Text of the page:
Having one of the pioneer kits for PSoC4 or a CY8CKIT-050 for the PSoC5LP you are quite well off, lots of examples right out-of-the-box with the needed hardware already on the pcb will help you to get your ideas moldet and casted in silicon.
Yes, it is tempthing to get a powerful Kit for $4 or $10, but it is the same as getting a cheap F1 car engine but without the car: although all is well documented it is a long way to get your own built car running.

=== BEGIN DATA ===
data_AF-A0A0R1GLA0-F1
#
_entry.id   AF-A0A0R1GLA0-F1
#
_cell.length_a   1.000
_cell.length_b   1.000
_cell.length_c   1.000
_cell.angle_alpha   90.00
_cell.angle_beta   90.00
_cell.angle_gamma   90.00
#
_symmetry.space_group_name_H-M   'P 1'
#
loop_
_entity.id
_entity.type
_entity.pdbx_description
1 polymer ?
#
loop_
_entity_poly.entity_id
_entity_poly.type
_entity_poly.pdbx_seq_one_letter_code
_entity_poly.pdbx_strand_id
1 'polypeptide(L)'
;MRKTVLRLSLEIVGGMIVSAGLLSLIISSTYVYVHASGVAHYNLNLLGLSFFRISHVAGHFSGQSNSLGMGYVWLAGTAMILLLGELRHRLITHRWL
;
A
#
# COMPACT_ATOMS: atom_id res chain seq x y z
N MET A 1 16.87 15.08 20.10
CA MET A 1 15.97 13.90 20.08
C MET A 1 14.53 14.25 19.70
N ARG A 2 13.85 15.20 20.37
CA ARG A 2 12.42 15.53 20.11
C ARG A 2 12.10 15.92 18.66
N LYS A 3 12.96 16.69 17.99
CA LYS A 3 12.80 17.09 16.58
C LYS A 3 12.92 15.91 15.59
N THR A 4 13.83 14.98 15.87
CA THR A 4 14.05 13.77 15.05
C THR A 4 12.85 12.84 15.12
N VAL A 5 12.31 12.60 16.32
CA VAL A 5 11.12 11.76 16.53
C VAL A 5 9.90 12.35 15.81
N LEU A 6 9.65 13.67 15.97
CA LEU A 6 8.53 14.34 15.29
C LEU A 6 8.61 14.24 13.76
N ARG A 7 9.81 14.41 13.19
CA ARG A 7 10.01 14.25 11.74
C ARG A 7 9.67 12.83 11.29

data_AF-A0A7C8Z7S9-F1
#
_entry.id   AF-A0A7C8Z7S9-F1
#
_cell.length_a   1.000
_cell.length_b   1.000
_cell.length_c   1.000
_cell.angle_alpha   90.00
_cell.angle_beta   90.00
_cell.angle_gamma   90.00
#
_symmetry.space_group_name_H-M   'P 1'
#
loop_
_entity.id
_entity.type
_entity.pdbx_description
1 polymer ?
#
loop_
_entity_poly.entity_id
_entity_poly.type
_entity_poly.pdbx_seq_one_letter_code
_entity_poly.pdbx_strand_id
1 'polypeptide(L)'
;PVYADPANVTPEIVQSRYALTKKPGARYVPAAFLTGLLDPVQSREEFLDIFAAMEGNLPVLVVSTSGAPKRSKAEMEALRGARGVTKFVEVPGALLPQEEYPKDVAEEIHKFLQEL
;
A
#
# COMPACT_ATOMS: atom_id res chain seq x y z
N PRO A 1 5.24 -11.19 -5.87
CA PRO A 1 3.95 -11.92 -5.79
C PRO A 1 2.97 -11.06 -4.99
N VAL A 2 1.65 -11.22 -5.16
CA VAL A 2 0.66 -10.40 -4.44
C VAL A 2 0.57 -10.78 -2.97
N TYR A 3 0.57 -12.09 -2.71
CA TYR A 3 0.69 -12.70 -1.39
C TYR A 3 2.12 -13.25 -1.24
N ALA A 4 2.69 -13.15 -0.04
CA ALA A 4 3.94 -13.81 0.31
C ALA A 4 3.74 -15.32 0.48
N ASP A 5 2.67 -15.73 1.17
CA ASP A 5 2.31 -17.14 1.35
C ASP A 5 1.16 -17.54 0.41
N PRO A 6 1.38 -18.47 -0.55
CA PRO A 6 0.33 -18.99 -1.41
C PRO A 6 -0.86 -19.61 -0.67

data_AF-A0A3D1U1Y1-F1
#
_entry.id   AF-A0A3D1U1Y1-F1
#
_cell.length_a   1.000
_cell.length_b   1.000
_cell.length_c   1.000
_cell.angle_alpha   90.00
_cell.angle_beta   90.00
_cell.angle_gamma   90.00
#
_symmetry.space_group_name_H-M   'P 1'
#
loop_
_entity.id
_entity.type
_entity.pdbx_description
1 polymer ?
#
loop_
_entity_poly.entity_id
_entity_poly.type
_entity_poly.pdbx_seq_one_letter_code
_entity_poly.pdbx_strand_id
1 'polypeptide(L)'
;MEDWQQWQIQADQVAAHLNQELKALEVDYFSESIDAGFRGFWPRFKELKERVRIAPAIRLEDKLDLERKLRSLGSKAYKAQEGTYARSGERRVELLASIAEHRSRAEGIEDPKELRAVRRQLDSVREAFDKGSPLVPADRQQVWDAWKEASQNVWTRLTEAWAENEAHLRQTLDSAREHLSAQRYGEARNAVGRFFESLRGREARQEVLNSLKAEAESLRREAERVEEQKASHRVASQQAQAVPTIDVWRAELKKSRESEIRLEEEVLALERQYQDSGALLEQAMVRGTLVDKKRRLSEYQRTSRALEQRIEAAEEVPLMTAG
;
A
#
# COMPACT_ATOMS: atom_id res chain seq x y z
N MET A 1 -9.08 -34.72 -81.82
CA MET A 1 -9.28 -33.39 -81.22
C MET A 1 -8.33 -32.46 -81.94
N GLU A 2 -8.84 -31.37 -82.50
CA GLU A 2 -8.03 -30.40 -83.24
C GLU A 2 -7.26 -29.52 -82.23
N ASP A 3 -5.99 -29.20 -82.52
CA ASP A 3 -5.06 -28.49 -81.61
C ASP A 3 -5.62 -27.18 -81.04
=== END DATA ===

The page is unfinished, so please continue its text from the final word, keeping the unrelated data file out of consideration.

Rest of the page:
Dear Un3x Yes it is not easy to use the Cy8CKIT-049-42XX or 41XX they are hard to understand with the boot loader and bootloadable components. Step 1 download this doc http://www.cypress.com/?docID=48142 it explains how to use the part. Step 2 download this setup file it includes psoc creator and all the files you need to use the part. http://www.cypress.com/?docID=51316&dlm=1 follow step 3.3 in the User manual . you have to look for the device on your computer as stated in section 3.3. Then download the program to the device don't forget to press and hold the switch before you install the -42xx unit the led should be flashing quickly that means the bootloader is working on the device. follow the programming instructions in 3.3. after this you can install all of your projects in this directory and you will not need to install the bootloader uart or the other code. All the program will work if you install a bootloadable component and set the dependences to the orginal directory and this will get the .hex and .elf files necessary for your projects. I have not had any issues once I understood how to do it . If you over write the Bootloader then you will need to reinstall the bootloader this can be done by using another -042XX or the 059 device as it has a built in programmer. Both devices don't allow debug as has already been explained. If you want to debug your design get a PSOC 4 pioneer board.